What you need to know about the Collection #1 data breach

January 25, 2019

By Pam Leibfried

What you need to know about the Collection #1 data breach

Protecting yourself against a data breach

If you haven’t yet heard about the ominous-sounding “Collection #1” data breach, you’ll be seeing it in the news soon. Collection #1 has been called “the mother of all breaches” due to the scope of the data released. Below is some background on this breach, along with tips for how to tell if your info is part of the breached dataset, and what to do if your email and password were compromised.

And before we start talking about Collection #1, I want to assure you that we know of no Alliant data that is part of this breach. We’re writing about it only because we want to help you be aware and alert when there is breaking news about data breaches so you can better protect yourself and your family.

What is Collection #1?

In mid-January 2019, a dataset of over 700 million email addresses – many including account passwords – were released for sale onto the so-called “dark web.” This breach is believed to be from several different sources rather than from a single company, which is why it has been dubbed a “collection.”

Were you in the Collection #1 breach?

Given how many email addresses were part of this breach, it’s safe to assume that at least one of the email addresses that you use was compromised.

If you’re really curious and have some time to do research, there are some “white hat” sites online that let you search for your email address(es) in a database of known breached emails. One example is the Have I Been Pwned (HIBP) site. (If that name confuses you, it might help to know that “pwned” is gaming slang for dominating or “owning” another player in the game.)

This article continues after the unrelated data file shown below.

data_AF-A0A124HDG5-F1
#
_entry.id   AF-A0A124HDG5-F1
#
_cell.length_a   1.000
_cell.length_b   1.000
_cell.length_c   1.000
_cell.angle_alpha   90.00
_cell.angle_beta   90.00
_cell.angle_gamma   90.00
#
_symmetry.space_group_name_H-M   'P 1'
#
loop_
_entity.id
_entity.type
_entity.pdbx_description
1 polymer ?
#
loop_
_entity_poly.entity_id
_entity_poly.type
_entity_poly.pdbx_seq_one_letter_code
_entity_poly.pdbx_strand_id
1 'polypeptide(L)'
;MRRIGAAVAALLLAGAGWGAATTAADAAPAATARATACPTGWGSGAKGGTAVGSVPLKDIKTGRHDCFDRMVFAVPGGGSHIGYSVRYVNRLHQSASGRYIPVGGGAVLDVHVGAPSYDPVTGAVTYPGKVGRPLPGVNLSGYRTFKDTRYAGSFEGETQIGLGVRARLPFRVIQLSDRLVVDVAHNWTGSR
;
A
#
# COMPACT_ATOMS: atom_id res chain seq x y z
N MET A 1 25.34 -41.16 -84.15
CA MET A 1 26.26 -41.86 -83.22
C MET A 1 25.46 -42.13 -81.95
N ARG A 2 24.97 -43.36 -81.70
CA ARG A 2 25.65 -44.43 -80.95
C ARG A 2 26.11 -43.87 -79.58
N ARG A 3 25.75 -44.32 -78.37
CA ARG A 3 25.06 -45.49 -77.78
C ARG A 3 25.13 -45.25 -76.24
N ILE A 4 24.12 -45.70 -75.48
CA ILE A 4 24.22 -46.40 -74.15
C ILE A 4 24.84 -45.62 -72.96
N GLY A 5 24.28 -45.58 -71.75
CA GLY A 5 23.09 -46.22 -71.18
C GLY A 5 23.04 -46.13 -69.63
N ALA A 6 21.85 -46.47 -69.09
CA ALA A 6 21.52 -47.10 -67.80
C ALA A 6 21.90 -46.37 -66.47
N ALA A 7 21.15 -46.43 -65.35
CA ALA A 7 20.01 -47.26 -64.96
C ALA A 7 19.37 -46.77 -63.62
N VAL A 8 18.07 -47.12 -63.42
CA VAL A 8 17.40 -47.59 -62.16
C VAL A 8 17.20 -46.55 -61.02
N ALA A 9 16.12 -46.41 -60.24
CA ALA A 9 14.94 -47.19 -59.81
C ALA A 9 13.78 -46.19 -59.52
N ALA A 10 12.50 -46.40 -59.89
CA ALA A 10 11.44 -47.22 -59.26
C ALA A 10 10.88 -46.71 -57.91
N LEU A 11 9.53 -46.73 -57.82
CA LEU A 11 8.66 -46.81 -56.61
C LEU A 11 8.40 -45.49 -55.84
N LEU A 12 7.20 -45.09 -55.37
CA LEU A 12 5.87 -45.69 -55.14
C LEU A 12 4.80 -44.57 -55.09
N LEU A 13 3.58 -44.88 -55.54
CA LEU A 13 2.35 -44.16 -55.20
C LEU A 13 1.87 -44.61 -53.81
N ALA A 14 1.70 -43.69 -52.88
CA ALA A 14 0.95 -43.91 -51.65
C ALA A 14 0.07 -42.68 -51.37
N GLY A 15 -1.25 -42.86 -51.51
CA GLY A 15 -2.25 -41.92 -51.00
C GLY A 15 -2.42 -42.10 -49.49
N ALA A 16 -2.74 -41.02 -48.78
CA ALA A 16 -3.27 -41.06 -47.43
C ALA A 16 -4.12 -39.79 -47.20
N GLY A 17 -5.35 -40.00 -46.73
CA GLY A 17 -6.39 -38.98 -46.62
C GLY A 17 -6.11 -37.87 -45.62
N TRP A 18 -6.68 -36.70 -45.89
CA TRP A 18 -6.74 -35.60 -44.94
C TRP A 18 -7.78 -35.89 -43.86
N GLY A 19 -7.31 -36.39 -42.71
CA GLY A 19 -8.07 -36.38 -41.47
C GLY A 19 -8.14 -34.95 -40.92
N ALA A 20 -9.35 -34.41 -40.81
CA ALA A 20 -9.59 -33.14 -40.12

Please note that neither HIBP nor any other such site is a partner or vendor of Alliant’s, and we can’t vouch for the accuracy of their information. That’s why we’re recommending that the safest course of action is to assume that your personal emails were part of this breach and act accordingly.  

What should you do to protect your accounts?

When your email account has been compromised in a breach — or you suspect it has been — what should you do? I consulted Alliant’s Information Security team and they recommended some concrete steps you can take to better protect your identity and account security.

1. Change your email account’s password

We recommend that the safest course of action to help ensure that a breached email/password combination won’t make you vulnerable to fraudsters is to immediately log into that email account and change your password.

2. Change account usernames that use any part of your name

Many people reuse the same username on multiple websites or use an easy-to-hack username like their first initial and last name or their full name as one word. These usernames make you more vulnerable to fraud. For example, if my name were Jane Doe and I used jdoe, janedoe or Doe as my username, it would be easy for fraudsters to figure out.

If you are using an easily hackable username like the example above on any of your financial accounts, you should instead use a strong, hard to hack username. Basically, think of your username as being like a second password, and make it just as difficult to hack. If both your username and your password are strong, you’ll reduce the likelihood that any of your accounts can be hacked.